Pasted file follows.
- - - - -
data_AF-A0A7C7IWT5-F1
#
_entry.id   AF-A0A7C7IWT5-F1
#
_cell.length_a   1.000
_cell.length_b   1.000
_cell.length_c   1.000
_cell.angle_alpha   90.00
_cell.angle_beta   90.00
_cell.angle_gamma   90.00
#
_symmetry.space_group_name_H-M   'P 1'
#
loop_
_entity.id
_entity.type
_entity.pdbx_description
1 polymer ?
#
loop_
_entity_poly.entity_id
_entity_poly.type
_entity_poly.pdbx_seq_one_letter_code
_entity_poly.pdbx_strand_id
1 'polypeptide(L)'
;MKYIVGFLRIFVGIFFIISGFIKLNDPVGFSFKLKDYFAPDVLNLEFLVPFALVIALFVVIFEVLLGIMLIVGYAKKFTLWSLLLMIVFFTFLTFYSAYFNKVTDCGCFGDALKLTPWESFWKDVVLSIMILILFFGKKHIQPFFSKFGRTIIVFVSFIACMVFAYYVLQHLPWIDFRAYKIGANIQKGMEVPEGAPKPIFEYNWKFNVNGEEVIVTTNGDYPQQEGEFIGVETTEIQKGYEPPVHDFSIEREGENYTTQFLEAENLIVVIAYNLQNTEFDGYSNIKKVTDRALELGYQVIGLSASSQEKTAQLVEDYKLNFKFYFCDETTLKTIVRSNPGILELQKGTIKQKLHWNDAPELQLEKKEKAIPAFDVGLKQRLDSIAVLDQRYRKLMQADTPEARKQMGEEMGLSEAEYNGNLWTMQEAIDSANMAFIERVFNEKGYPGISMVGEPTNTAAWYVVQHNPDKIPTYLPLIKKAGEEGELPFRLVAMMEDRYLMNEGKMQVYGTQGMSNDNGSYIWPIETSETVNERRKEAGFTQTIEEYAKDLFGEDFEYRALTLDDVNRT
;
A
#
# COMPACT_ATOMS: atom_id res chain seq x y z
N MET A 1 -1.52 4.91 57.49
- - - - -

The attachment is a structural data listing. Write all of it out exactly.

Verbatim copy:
data_AF-A0A7C7IWT5-F1
#
_entry.id   AF-A0A7C7IWT5-F1
#
_cell.length_a   1.000
_cell.length_b   1.000
_cell.length_c   1.000
_cell.angle_alpha   90.00
_cell.angle_beta   90.00
_cell.angle_gamma   90.00
#
_symmetry.space_group_name_H-M   'P 1'
#
loop_
_entity.id
_entity.type
_entity.pdbx_description
1 polymer ?
#
loop_
_entity_poly.entity_id
_entity_poly.type
_entity_poly.pdbx_seq_one_letter_code
_entity_poly.pdbx_strand_id
1 'polypeptide(L)'
;MKYIVGFLRIFVGIFFIISGFIKLNDPVGFSFKLKDYFAPDVLNLEFLVPFALVIALFVVIFEVLLGIMLIVGYAKKFTLWSLLLMIVFFTFLTFYSAYFNKVTDCGCFGDALKLTPWESFWKDVVLSIMILILFFGKKHIQPFFSKFGRTIIVFVSFIACMVFAYYVLQHLPWIDFRAYKIGANIQKGMEVPEGAPKPIFEYNWKFNVNGEEVIVTTNGDYPQQEGEFIGVETTEIQKGYEPPVHDFSIEREGENYTTQFLEAENLIVVIAYNLQNTEFDGYSNIKKVTDRALELGYQVIGLSASSQEKTAQLVEDYKLNFKFYFCDETTLKTIVRSNPGILELQKGTIKQKLHWNDAPELQLEKKEKAIPAFDVGLKQRLDSIAVLDQRYRKLMQADTPEARKQMGEEMGLSEAEYNGNLWTMQEAIDSANMAFIERVFNEKGYPGISMVGEPTNTAAWYVVQHNPDKIPTYLPLIKKAGEEGELPFRLVAMMEDRYLMNEGKMQVYGTQGMSNDNGSYIWPIETSETVNERRKEAGFTQTIEEYAKDLFGEDFEYRALTLDDVNRT
;
A
#
# COMPACT_ATOMS: atom_id res chain seq x y z
N MET A 1 -1.52 4.91 57.49